North-Central Section - 50th Annual Meeting - 2016

Paper No. 22-2
Presentation Time: 8:20 AM


BERGER, Peter M.1, OKWEN, Roland T.2 and DASTGHEIB, Seyed A.2, (1)Illinois State Geological Survey, University of Illinois Urbana-Champaign, 615 E Peabody, Champaign, IL 61820, (2)Illinois State Geological Survey - Prairie Research Institute, University of Illinois at Urbana-Champaign, 615 E. Peabody Dr, Champaign, IL 61820,

Removing brine from a reservoir in which CO2 sequestration is ongoing or has taken place is a potential technique for influencing plume shape and compensating for increases in reservoir pressure. However, disposing of the brine produced from the reservoir may be problematic. In this study, we examine the geochemical effects of extracting and treating brine from the Mt. Simon Formation, a widespread and current sequestration target, and then reinjecting it into the Potosi Formation.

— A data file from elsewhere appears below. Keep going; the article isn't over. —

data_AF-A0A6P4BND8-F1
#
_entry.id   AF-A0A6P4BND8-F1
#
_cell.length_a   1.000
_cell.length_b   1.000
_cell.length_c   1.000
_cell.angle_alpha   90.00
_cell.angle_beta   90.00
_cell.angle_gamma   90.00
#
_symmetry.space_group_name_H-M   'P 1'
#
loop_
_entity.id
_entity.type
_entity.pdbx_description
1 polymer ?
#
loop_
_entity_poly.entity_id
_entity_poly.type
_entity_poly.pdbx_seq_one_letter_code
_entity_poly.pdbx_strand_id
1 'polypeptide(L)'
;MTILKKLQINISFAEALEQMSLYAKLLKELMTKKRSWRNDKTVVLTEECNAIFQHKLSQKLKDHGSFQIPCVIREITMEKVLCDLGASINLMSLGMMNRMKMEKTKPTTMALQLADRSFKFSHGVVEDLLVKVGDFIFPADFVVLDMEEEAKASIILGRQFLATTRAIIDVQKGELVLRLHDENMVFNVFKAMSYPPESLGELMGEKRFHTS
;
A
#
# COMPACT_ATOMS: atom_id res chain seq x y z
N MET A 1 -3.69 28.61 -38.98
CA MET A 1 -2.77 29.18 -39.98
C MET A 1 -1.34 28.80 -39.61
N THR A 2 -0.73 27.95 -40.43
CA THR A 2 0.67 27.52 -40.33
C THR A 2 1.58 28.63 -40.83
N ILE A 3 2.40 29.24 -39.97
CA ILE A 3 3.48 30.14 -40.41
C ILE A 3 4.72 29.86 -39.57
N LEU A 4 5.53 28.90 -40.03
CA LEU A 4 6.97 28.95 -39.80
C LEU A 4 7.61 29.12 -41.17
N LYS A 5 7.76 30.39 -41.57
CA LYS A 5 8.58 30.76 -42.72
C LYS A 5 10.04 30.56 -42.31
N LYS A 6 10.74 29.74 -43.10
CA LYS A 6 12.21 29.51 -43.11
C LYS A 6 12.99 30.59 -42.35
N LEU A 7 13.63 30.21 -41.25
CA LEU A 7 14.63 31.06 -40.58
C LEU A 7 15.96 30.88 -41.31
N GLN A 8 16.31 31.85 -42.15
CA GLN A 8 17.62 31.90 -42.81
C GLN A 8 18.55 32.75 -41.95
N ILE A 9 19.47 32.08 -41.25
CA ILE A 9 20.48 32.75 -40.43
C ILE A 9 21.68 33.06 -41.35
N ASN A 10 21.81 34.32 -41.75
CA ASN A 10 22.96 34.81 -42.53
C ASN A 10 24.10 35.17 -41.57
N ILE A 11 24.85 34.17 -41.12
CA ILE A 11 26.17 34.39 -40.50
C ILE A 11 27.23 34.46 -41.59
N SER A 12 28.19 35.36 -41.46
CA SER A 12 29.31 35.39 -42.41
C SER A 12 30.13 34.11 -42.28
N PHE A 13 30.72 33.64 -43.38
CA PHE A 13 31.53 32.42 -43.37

We modeled several scenarios that might occur following the brine extraction. The brine could simply be reinjected or it could go through a series of treatments to lower the concentration of scale-forming species and then be reinjected. Based on the geochemical model results, the removal of brine does cause some mineral precipitation as the extracted brine cools and is exposed to oxygen. This result matches changes seen during sampling.

The Potosi unit proposed for reinjection is a karstic dolomite with high permeability. The brine chemistry used came from the nearest available sample at the Illinois Basin Decatur Project injection site. In the model results, the carbonates and pyrite in the Potosi react with injected brine leading to changes in mineralogy and brine composition. The calculated changes vary depending on if the flow is considered as being in a single or dual-porosity system.